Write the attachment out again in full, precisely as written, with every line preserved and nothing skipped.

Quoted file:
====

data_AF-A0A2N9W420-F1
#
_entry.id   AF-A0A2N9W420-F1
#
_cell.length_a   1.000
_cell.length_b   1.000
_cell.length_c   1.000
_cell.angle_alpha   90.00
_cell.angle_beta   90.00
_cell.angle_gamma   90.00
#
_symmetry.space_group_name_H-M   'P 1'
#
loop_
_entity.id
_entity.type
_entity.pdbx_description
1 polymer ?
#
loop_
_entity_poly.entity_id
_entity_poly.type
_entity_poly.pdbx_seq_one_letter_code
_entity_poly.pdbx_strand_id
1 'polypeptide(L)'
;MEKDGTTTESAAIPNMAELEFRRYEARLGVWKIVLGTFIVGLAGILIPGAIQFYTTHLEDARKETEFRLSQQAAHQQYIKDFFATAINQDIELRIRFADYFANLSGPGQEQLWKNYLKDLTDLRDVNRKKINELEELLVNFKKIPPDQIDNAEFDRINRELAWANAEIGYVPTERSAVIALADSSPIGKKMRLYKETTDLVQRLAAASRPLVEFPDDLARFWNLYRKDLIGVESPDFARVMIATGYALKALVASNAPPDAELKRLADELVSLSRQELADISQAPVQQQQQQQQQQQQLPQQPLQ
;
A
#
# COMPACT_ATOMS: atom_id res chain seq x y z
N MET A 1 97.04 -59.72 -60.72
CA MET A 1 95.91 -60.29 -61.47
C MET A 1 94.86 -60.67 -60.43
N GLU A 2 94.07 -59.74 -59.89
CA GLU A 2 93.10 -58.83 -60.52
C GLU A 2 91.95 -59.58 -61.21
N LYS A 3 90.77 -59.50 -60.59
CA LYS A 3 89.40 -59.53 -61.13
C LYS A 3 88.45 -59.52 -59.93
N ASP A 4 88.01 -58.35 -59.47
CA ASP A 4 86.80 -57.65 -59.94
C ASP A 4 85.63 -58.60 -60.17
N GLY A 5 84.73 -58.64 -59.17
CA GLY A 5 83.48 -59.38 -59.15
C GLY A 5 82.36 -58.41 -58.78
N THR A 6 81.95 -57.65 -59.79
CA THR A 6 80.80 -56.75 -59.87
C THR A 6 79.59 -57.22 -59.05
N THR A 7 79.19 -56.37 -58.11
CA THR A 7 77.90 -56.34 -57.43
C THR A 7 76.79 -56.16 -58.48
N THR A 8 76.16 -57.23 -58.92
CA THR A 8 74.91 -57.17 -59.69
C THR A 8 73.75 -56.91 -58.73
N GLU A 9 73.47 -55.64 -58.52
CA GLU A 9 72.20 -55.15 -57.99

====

data_AF-A0A2N9W420-F1
#
_entry.id   AF-A0A2N9W420-F1
#
_cell.length_a   1.000
_cell.length_b   1.000
_cell.length_c   1.000
_cell.angle_alpha   90.00
_cell.angle_beta   90.00
_cell.angle_gamma   90.00
#
_symmetry.space_group_name_H-M   'P 1'
#
loop_
_entity.id
_entity.type
_entity.pdbx_description
1 polymer ?
#
loop_
_entity_poly.entity_id
_entity_poly.type
_entity_poly.pdbx_seq_one_letter_code
_entity_poly.pdbx_strand_id
1 'polypeptide(L)'
;MEKDGTTTESAAIPNMAELEFRRYEARLGVWKIVLGTFIVGLAGILIPGAIQFYTTHLEDARKETEFRLSQQAAHQQYIKDFFATAINQDIELRIRFADYFANLSGPGQEQLWKNYLKDLTDLRDVNRKKINELEELLVNFKKIPPDQIDNAEFDRINRELAWANAEIGYVPTERSAVIALADSSPIGKKMRLYKETTDLVQRLAAASRPLVEFPDDLARFWNLYRKDLIGVESPDFARVMIATGYALKALVASNAPPDAELKRLADELVSLSRQELADISQAPVQQQQQQQQQQQQLPQQPLQ
;
A
#
# COMPACT_ATOMS: atom_id res chain seq x y z
N MET A 1 97.04 -59.72 -60.72
CA MET A 1 95.91 -60.29 -61.47
C MET A 1 94.86 -60.67 -60.43
N GLU A 2 94.07 -59.74 -59.89
CA GLU A 2 93.10 -58.83 -60.52
C GLU A 2 91.95 -59.58 -61.21
N LYS A 3 90.77 -59.50 -60.59
CA LYS A 3 89.40 -59.53 -61.13
C LYS A 3 88.45 -59.52 -59.93
N ASP A 4 88.01 -58.35 -59.47
CA ASP A 4 86.80 -57.65 -59.94
C ASP A 4 85.63 -58.60 -60.17
N GLY A 5 84.73 -58.64 -59.17
CA GLY A 5 83.48 -59.38 -59.15
C GLY A 5 82.36 -58.41 -58.78
N THR A 6 81.95 -57.65 -59.79
CA THR A 6 80.80 -56.75 -59.87
C THR A 6 79.59 -57.22 -59.05
N THR A 7 79.19 -56.37 -58.11
CA THR A 7 77.90 -56.34 -57.43
C THR A 7 76.79 -56.16 -58.48
N THR A 8 76.16 -57.23 -58.92
CA THR A 8 74.91 -57.17 -59.69
C THR A 8 73.75 -56.91 -58.73
N GLU A 9 73.47 -55.64 -58.52
CA GLU A 9 72.20 -55.15 -57.99